ASH Regan has branded her SNP leadership rivals’ plans for independence “wishy washy” as she set out her vision of Scotland’s future.

The former community safety minister told the Dumfries hustings she believed the Scottish independence movement must forge a different path from asking Westminster’s permission for another referendum - saying this route was "shut down”.

Regan said: “If we go with more of the same – basically what we’ve been doing for the last few years – is that we’ve been winning elections and we’ve been using that as a mandate, or a moral mandate is probably the way I would differentiate it, to go and ask Westminster for a referendum.

And obviously, they’re saying no and actually they won’t even set out under what circumstances they might say yes. We know that that is just not going to happen – that route is shut down.”

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Gesturing to her two rivals, the former community safety minister added: “So I think that seeking another moral mandate, as my two colleagues here are suggesting, I think it’s a bit of a wishy-washy plan and I don’t see that as being what we need in order to move this forward for the people of Scotland.”

Instead, she urged members to back her plans for the so-called “voter empowerment mechanism”, under which the SNP would treat every election as a de-facto referendum on independence.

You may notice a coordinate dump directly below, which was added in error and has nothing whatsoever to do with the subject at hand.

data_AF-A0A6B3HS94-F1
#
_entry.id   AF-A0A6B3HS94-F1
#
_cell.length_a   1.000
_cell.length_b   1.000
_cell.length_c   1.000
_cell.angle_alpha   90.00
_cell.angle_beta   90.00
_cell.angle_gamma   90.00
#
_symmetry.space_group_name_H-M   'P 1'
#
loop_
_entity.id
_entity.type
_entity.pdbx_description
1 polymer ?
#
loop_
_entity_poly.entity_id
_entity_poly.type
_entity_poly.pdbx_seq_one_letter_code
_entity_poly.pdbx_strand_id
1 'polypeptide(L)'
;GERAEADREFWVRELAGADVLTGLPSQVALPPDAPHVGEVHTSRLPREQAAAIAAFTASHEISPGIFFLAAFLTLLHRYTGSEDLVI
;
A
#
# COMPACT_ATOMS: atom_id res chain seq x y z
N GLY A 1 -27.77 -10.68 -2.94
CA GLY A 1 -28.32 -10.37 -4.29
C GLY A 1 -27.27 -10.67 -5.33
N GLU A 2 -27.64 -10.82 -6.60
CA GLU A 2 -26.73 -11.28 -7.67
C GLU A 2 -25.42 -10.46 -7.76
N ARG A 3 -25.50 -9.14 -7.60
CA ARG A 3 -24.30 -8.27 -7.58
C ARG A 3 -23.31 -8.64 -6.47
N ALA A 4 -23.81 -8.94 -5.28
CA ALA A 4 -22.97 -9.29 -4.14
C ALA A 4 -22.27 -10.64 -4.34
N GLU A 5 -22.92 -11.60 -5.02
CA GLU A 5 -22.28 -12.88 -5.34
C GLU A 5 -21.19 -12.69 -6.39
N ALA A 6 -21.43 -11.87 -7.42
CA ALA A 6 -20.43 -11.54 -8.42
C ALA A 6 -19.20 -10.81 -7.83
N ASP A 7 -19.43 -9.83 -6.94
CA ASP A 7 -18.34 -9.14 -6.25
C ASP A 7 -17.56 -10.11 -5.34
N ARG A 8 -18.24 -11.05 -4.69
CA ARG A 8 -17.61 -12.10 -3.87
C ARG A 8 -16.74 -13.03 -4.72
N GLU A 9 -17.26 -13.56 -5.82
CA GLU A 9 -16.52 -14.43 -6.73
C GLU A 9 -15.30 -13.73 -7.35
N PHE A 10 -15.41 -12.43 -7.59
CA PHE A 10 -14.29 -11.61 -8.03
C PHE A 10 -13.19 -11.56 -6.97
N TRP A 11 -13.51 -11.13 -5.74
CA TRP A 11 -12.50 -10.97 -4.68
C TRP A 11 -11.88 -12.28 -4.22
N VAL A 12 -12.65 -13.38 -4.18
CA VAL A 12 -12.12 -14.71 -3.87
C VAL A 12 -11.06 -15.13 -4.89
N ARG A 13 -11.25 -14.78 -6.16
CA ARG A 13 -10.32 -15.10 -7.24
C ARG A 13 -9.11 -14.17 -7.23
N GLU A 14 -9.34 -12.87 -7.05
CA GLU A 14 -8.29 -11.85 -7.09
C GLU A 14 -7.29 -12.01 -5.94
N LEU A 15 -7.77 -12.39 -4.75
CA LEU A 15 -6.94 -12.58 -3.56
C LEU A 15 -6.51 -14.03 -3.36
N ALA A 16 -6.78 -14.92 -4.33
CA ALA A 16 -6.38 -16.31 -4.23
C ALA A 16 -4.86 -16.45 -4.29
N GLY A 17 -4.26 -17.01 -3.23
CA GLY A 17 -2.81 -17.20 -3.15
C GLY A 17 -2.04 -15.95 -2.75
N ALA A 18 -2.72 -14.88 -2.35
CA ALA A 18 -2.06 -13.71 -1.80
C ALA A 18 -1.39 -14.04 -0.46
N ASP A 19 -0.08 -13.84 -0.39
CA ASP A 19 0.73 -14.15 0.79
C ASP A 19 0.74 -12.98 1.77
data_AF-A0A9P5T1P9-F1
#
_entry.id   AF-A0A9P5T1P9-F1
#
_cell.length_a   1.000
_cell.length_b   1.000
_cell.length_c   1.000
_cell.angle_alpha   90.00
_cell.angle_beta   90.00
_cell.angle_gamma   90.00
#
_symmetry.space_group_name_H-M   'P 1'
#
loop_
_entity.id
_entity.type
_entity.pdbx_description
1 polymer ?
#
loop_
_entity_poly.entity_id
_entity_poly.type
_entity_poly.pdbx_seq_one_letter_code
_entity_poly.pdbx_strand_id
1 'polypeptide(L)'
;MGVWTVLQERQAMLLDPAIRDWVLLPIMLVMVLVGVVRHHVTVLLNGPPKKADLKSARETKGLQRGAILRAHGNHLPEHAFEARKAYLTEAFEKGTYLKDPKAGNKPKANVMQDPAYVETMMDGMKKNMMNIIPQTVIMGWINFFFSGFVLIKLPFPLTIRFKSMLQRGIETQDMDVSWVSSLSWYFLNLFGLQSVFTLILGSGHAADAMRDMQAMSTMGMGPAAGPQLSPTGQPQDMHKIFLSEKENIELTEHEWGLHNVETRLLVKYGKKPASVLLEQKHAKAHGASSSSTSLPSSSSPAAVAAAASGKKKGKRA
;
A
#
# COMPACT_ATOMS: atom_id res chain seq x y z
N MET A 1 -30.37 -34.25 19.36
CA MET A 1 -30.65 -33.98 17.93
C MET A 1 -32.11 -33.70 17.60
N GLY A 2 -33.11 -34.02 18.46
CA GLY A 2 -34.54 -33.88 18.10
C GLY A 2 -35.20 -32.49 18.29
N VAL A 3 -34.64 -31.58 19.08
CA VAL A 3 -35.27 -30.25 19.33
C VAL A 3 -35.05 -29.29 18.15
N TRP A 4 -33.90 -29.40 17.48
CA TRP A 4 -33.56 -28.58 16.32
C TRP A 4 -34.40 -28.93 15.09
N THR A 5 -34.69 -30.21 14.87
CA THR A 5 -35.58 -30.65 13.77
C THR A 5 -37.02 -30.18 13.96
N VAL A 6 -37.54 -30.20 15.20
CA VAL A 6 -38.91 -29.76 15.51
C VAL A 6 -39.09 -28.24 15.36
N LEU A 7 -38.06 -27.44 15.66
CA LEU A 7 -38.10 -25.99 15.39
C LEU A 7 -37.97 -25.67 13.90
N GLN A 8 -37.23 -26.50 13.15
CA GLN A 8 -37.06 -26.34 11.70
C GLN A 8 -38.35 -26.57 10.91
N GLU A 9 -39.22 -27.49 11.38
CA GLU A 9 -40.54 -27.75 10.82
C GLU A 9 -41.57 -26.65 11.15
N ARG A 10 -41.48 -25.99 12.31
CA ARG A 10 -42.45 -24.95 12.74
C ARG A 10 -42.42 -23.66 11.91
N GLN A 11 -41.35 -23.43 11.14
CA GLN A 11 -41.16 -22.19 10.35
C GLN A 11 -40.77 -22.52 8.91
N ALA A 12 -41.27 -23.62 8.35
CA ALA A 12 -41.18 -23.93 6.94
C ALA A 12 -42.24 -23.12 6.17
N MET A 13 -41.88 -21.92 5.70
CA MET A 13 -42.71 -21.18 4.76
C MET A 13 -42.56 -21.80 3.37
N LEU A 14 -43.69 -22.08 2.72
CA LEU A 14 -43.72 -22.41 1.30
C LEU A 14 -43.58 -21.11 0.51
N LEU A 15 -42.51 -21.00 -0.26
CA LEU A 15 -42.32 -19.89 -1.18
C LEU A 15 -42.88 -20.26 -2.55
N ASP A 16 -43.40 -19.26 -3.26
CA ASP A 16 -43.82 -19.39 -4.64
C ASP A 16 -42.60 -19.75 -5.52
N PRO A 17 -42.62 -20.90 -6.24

This would mean any election in which voters backed pro-Yes parties by more than 50% would be sufficient to open negotiations with the UK Government, she said, insisting this approach would be respected by international courts and other countries.  

Regan told the hustings she wanted to create an independence commission and an independence convention to progress the case for independence.

The independence commission would take the responsibility for planning to secure independence outwith government, she said, while the independence convention would bring in the “wider” independence to “design” the campaign.

Yousaf said he expected the SNP to fight every election on “furthering the cause of independence” but added: “It must be done in what is a legal route.”

He earlier told the hustings he believed independence was “inevitable” and has avoided talking about strategy on securing Scotland’s exit from the Union, saying on previous occasions the party should focus on building the case for independence.

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Forbes said she recognised the “frustration” felt by SNP members impatient with the lack of progress on independence.

She said: “Often, the conversion – borne out of frustration – revolves around process about how we get there and actually the way that we get there is by persuading as many people as possible that Scotland’s better days are ahead through independence.”

She has previously spoken of her ambition to hold an independence referendum within three months in the event of a pro-Yes majority of votes, if she is elected leader.